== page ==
The familial cancer syndrome, von Hippel-Lindau (VHL) disease, is caused by inherited mutations in the VHL tumor suppressor gene. Previous work has shown that VHL is a crucial regulatory gene in renal cells, controlling their differentiation and causing cell cycle and growth arrest specifically in cells that have been cultured previously at high cell density and subsequently grown on certain extracellular matrices. Additional VHL roles in protection of renal cells from apoptotic stimuli and in transport and deposition of fibronectin have been demonstrated. The most recognized biochemical function of VHL gene products (hereafter called pVHL) is as an integral member of an E3 ubiquitin ligase complex that targets specific substrates for ubiquitination and subsequent degradation. A large body of work has focused on one such pVHL substrate, hypoxia-inducible factor alpha (HIF-a) subunits. Inactivation of VHL results in high levels of HIF-a, leading to up-regulation of hypoxia-inducible genes at normal oxygen levels. However, it is unclear which cell biological functions of pVHL, especially those described above, are dependent on the ubiquitination of HIF-a and down-regulation of hypoxia-inducible genes. Notably, VHL mutations which do not impair the ability to ubiquitinate HIF-a have been detected in VHL-associated tumors, supporting the hypothesis that pVHL must have additional cellular functions. This project will explore these pVHL functions in renal cells and other cell types in order to clarify their relationship with HIF-a regulation.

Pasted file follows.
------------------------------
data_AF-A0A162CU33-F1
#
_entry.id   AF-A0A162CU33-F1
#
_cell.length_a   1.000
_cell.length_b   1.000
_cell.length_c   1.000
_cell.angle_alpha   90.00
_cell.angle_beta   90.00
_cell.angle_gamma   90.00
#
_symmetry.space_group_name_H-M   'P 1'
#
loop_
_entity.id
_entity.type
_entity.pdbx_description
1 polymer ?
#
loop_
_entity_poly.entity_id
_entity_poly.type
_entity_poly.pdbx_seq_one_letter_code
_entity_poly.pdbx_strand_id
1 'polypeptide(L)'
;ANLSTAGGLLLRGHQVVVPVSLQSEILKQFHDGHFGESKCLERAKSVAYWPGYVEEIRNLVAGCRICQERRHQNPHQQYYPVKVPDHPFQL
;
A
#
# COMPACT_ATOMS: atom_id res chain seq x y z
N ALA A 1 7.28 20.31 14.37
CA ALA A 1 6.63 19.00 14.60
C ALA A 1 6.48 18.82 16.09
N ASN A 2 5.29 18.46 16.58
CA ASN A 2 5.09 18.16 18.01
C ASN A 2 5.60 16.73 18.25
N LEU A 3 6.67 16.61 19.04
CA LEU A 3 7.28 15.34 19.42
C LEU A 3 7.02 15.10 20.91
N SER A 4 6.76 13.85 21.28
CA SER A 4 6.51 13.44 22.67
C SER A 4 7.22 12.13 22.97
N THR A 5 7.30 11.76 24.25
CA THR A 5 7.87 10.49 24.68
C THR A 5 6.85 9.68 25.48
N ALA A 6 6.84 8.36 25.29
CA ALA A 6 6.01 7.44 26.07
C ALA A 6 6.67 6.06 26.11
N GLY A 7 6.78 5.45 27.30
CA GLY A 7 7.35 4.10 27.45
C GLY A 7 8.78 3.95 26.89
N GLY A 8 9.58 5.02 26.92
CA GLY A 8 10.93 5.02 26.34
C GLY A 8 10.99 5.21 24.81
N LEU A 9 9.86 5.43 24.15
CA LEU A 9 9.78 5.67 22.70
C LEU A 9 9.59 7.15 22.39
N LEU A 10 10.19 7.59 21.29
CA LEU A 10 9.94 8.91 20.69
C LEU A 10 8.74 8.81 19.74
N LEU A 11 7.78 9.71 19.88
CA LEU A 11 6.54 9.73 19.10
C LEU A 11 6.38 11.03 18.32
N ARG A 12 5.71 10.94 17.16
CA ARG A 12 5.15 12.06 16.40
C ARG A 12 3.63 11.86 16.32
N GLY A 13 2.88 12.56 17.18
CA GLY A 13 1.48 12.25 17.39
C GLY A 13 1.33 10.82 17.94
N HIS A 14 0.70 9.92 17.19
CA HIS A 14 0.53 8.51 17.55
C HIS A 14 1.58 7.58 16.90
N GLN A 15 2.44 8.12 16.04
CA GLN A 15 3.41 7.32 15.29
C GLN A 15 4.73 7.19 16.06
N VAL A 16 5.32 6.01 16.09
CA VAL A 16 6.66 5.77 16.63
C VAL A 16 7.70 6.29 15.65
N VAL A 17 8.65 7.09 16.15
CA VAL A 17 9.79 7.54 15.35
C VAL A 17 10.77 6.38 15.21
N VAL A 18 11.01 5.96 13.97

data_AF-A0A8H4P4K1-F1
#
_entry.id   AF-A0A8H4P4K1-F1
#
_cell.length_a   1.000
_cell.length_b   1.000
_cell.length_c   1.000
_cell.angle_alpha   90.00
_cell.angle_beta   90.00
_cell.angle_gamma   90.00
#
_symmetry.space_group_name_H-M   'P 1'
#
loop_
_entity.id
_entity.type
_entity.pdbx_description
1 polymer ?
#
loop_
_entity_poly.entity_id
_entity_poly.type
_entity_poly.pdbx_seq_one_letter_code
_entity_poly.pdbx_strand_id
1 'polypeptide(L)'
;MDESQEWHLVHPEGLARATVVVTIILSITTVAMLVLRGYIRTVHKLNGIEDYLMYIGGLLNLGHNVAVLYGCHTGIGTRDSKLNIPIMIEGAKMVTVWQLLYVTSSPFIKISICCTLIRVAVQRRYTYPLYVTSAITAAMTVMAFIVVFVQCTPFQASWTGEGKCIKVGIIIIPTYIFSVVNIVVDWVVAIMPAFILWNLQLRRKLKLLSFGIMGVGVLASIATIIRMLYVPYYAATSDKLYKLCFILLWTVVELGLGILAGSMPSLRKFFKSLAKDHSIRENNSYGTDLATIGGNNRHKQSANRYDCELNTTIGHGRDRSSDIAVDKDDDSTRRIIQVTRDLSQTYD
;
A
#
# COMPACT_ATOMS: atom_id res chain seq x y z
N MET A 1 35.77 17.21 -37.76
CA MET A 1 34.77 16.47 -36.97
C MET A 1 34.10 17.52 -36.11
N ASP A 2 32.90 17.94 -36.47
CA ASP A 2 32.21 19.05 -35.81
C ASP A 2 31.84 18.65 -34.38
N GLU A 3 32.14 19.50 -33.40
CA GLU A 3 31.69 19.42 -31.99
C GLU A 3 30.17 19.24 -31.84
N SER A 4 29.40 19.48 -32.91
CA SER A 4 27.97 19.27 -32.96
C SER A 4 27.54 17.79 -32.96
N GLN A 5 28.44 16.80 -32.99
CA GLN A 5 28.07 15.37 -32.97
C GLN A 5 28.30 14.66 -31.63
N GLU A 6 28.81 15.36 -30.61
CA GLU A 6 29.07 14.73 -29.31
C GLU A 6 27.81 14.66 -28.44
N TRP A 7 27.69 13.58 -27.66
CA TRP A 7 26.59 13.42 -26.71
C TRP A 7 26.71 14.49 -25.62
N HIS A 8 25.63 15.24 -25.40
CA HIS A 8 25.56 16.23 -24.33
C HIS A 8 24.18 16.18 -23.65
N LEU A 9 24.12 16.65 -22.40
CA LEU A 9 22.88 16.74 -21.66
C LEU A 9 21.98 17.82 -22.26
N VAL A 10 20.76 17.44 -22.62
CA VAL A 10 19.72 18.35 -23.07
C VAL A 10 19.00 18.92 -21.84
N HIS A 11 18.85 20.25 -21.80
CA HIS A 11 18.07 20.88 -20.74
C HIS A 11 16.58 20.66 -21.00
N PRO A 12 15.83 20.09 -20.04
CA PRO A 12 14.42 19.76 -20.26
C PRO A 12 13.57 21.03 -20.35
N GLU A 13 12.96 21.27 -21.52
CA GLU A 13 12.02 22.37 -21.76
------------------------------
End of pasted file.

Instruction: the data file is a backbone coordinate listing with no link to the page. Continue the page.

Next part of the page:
The specific aims of this proposal are: 1) To determine the contribution of HIF-a regulation toward VHL-associated cellular phenotypes and 2) To identify and examine alternative functions of pVHL through analysis of VHL mutations and associated cellular phenotypes. The proposed investigations will utilize established cell culture systems, with genetic manipulation of HIF-a levels and/or expression of mutant VHL proteins. The overall goal is to determine the underlying cellular mechanisms responsible for the observed VHL-associated phenotypic changes and for tumorigenesis in VHL disease. It is anticipated that these studies will also provide insight into cellular differentiation and growth arrest mechanisms applicable to a wider range of tumor types and foster a better understanding of tumorigenic processes at the cellular level. Relevance: Disruptions of the VHL tumor suppression gene lead to kidney, adrenal, and blood vessel tumors. The proposed research is aimed at understanding the changes that occur to a cell as a result of VHL disruption, and how these changes may result in tumor formation. ? ? ? ?
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